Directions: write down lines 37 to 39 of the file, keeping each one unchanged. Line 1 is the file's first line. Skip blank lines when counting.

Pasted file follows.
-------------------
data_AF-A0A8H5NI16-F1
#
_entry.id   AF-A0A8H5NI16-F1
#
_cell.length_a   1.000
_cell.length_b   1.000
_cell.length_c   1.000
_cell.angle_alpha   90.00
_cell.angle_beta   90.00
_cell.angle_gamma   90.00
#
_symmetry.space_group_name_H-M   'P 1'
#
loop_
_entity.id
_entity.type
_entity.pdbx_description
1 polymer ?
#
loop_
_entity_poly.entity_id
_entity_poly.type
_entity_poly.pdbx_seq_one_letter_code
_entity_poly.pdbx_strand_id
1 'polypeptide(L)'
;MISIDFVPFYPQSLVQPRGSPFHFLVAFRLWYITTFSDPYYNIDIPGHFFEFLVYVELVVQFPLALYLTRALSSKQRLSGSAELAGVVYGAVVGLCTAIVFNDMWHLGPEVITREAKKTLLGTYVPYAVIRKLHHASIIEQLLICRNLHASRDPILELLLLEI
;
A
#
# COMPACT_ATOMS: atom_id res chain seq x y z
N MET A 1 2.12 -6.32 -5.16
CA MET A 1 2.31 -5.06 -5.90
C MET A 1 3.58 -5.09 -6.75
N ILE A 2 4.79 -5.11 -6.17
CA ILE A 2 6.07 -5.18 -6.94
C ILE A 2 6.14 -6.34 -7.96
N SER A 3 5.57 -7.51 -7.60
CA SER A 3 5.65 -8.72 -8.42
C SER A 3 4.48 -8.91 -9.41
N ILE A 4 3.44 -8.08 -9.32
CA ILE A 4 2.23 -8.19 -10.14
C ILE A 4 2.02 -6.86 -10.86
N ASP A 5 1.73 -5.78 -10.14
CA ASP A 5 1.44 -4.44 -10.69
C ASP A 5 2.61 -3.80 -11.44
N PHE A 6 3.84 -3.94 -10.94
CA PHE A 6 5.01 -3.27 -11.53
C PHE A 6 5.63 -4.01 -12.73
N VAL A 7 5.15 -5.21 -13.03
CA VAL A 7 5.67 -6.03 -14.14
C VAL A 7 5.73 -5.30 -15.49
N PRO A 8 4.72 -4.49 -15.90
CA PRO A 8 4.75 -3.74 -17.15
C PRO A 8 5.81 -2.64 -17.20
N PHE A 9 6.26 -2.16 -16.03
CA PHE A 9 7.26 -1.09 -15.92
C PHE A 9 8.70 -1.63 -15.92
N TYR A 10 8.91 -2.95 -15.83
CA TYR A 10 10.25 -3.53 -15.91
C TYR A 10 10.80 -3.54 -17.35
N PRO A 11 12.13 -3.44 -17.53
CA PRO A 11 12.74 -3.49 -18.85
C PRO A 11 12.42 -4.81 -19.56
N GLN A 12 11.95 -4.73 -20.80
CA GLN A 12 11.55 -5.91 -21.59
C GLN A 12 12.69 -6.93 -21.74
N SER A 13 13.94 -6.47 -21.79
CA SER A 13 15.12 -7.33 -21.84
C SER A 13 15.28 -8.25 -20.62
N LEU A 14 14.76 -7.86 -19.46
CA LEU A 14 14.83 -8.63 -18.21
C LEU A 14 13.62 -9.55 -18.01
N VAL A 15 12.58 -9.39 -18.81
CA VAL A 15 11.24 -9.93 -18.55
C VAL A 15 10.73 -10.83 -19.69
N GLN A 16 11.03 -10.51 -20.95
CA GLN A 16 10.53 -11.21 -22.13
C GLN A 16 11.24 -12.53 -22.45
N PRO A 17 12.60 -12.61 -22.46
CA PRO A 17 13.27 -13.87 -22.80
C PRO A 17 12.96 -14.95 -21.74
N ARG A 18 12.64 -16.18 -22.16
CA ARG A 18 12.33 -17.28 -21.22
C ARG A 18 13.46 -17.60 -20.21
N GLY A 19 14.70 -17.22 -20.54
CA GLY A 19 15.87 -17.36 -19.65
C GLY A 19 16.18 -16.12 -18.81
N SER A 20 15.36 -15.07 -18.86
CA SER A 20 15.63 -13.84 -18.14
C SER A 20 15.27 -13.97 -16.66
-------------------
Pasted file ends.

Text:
N SER A 3 5.57 -7.51 -7.60
CA SER A 3 5.65 -8.72 -8.42
C SER A 3 4.48 -8.91 -9.41